Or that at almost 49 I would be mixing bottles and standing in the Chinese grocery aisle wondering what rice cereal to buy. I wouldn't have thought that I would be changing diapers, rocking a baby and getting up at night to feed him. I wouldn't have thought that I would have bought a baby toy today or copied off black and white shapes to make him a mobile. But it's true!
No, it's not a late in life surprise baby. It's a little boy, desperately malnourished, found in a corner of an orphanage by two amazing doctors. He went to an amazing foster mom last week and now to us for some time. He is strong, amazing and wants to live. He makes eye contact, grabs hands, turns toward the person he wants and complains loudly when he is uncomfortable. He is hungry and afraid that there will be no food. He is hyper-vigilant, as children from orphanages tend to be. He doesn't want to sleep because if he sleeps he might miss food. He sucks on his hands-something probably learned in the orphanage to self comfort or to take away the hunger. Not that the hunger goes away. Or the desire for human contact and relationships.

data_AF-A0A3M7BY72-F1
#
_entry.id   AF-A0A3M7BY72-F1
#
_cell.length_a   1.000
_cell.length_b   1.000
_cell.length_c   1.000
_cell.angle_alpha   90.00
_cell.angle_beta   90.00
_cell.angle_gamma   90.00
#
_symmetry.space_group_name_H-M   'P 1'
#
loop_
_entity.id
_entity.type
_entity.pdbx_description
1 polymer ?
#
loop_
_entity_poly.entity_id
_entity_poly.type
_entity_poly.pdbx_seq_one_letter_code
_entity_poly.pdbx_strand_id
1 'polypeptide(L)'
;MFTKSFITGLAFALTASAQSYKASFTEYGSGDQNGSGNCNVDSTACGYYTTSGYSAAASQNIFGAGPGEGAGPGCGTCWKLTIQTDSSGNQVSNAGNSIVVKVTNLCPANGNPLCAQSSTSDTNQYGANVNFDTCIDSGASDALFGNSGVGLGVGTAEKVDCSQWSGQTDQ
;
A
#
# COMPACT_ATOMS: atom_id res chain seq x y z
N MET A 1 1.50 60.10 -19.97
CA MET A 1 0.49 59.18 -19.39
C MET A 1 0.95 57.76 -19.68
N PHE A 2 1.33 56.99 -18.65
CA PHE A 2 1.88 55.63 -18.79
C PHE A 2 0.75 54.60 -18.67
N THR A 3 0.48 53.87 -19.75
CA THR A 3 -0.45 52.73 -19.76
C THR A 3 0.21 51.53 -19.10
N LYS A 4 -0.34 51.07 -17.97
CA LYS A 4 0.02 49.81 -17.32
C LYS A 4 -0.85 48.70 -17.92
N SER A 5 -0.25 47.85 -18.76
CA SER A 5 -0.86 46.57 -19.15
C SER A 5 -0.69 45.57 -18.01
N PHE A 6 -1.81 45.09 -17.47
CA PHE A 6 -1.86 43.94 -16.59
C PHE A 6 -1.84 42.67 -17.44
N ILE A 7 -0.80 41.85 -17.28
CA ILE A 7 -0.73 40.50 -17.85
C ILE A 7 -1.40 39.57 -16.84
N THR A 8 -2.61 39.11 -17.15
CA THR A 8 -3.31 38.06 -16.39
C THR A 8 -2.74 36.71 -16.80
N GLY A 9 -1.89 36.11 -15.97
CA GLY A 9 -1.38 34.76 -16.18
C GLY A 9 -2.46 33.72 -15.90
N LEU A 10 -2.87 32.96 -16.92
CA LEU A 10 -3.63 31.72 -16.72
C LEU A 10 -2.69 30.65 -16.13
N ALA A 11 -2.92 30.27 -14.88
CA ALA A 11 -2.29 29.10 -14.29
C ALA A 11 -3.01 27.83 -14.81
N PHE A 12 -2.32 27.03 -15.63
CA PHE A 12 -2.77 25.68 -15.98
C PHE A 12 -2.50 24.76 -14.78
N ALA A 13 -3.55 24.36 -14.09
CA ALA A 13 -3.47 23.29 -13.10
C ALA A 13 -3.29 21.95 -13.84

Francis Schaeffer often talked about the value of a person. I think I am starting to understand this because of this little boy. He is valuable and loved simply because of who he is. His value is his humanness and he is loved more than we can imagine.
Several years ago, close family members adopted two children who came out of really difficult family circumstances. I remember the new father saying "How could they do this to children?" I look at this little skinny baby and I wonder "How could they do this to him" even though I don't even know what the "this" i
This baby is something we didn't expect when we came to China. It doesn't change our direction or our reason for being here. It just adds richness to our life in a wonderful and unexpected way.